We know that there are key points when recruiting new members to any organization that are crucial to survival. But focusing only on recruitment can be a big mistake if you are ignoring the qualities, characteristics and attributes that attracted members in the first place. And, if as a result, you’re unintentionally “ignoring” your current members, they won’t come back.
Shelly Alcorn, an association blogger, describes this situation as follows:
“Leadership obsessed with recruitment at all costs will champion such things as running reckless membership promotion campaigns, offering deep, unsustainable dues discounts, offering commissions for new member sign-ups, or offering lavish prizes in member-get-a-member contests,” she writes. “They can even recruit more members than the association staff can adequately serve, leading to disappointment and low retention rates for new recruits.”
This can lead to existing members being confused on why all of these new members are joining and perhaps feelings of discontent may arise if your long-standing members are feeling ignored.
Last fall, the Greenfield Services’ Pulse Report pointed to a serious gap in Canadian associations’ member renewal marketing. The statistics in this report can be applied to associations in any area, really. For instance, 52.1% of respondents reported that they followed up with one to three touch points as renewal deadlines approached, and only 13.6% recognized that multiple touch points were likely required, following up seven or more times.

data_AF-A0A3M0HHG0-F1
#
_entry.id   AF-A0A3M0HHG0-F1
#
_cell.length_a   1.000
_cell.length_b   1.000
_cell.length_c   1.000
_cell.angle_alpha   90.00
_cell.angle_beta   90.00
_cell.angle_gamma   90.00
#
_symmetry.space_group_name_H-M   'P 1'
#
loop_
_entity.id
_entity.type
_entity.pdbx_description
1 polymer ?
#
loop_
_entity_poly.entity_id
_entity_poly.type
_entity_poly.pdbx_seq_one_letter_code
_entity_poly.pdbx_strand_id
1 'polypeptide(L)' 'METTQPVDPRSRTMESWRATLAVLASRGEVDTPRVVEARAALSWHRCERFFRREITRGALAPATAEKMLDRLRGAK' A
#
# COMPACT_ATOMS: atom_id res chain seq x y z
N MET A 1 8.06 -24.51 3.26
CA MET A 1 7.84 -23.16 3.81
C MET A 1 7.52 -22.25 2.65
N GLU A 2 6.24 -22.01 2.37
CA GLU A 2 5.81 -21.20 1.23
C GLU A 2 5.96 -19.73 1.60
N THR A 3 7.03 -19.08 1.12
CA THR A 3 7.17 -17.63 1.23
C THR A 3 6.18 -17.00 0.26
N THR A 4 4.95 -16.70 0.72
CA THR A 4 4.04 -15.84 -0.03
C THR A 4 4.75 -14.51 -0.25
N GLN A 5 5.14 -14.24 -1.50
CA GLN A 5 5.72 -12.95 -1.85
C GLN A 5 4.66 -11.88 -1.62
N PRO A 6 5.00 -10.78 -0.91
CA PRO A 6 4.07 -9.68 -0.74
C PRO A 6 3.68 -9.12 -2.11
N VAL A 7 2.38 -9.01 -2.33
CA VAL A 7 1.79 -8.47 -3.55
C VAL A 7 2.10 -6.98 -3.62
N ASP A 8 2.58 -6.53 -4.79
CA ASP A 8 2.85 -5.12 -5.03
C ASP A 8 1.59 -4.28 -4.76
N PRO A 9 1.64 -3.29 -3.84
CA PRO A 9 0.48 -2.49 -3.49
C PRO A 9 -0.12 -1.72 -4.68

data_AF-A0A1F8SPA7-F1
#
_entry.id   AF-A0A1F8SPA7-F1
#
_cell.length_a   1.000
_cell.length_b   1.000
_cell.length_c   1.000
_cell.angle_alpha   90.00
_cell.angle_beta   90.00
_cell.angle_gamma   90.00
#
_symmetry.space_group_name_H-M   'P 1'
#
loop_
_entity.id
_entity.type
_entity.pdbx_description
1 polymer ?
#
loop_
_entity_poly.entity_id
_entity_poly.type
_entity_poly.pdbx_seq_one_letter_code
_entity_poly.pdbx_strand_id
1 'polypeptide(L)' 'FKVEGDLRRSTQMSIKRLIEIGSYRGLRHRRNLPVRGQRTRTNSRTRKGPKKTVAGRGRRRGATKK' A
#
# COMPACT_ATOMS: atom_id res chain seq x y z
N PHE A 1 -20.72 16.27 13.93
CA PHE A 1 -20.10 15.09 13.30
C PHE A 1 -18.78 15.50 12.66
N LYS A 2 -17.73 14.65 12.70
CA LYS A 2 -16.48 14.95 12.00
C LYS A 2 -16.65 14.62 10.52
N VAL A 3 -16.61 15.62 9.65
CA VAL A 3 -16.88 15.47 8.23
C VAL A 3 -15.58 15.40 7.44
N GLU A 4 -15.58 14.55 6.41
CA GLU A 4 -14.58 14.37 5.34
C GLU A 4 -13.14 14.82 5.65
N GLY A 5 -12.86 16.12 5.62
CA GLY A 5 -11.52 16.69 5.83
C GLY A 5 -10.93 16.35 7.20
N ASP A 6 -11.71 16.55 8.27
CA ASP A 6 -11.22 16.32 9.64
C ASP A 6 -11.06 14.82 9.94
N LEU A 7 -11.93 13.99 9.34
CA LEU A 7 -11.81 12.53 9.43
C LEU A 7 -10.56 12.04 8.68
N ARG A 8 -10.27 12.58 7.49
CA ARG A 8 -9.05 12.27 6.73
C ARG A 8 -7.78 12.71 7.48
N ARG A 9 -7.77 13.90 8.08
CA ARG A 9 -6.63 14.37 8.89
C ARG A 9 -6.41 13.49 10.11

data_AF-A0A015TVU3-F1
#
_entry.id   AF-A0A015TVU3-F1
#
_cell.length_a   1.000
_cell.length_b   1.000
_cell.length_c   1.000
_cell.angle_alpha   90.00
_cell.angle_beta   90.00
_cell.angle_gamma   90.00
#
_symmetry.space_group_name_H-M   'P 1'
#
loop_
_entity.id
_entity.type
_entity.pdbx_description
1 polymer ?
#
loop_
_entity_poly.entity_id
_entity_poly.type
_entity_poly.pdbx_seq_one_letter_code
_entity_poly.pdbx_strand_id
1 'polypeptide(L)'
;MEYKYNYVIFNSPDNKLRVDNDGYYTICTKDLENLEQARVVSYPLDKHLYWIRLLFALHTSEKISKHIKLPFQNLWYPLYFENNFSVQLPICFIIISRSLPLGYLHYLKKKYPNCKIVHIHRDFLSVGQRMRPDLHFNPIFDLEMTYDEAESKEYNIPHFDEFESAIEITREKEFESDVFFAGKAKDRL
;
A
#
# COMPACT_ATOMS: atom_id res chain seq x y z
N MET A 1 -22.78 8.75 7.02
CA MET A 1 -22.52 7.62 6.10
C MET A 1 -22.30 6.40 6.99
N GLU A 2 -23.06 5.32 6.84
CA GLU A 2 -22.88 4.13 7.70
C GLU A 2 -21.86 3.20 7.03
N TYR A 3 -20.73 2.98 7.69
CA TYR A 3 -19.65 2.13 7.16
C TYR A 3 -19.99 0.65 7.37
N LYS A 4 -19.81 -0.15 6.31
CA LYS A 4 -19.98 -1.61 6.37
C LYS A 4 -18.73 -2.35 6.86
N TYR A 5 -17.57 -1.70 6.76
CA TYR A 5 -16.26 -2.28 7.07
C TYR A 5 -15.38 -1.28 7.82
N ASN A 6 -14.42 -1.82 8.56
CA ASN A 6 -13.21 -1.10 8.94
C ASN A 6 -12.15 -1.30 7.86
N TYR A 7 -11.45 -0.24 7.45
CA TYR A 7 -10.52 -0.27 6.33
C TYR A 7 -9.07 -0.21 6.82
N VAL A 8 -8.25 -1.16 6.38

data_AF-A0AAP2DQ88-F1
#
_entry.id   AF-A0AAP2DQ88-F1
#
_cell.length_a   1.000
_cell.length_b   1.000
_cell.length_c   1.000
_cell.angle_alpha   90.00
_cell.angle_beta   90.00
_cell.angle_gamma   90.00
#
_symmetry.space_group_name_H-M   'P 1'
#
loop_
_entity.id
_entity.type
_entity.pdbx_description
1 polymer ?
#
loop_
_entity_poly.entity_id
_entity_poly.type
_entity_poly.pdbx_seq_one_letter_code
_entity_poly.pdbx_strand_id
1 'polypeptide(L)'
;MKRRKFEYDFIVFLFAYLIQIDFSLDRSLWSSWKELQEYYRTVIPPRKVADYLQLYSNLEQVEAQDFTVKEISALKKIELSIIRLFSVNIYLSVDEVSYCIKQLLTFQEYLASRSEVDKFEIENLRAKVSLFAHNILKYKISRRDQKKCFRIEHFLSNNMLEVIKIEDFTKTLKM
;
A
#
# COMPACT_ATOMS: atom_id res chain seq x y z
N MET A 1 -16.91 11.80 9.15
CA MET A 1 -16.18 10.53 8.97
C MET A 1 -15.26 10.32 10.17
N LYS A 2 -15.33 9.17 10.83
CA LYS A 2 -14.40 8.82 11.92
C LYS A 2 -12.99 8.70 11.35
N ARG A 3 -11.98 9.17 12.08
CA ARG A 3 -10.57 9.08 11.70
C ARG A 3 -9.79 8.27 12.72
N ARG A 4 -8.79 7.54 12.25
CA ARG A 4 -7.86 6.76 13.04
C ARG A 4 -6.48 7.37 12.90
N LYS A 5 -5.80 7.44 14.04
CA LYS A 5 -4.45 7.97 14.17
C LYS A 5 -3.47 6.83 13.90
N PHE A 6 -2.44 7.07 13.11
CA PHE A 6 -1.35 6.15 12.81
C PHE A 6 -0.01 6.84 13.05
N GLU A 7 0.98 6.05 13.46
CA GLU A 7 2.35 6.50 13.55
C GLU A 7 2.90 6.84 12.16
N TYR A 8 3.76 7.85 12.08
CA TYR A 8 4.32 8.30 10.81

Current sales and marketing theory says that it can take up to 10 touch points to break through the noise and reach your audience. Yet, more than half of the respondents were only using up to three touch points for renewals!
And while member retention was a leading goal for nearly 60% of the associations surveyed, “fewer than half (48.5%) saw it as a top priority to demonstrate the return on investment (ROI) that would give members a compelling reason to renew, and fewer than three in 10 (27.2%) placed strong emphasis on new product or service offerings.” Two-thirds of the organizations invested less than 10% of their operating budgets in membership marketing.
If you’re not invested, why should your members be invested? Demonstrating the ROI and value you provide your members goes a long way in retaining current members and in obtaining new ones.
I am not suggesting that member retention should be your only marketing strategy. However, organizations need to find the right balance between recruitment efforts and retention efforts. Marketing content and social media communication should appeal to both current and future members simultaneously. That’s the key to building the deep pools of member loyalty and engagement that will keep your organization strong in good times and bad.
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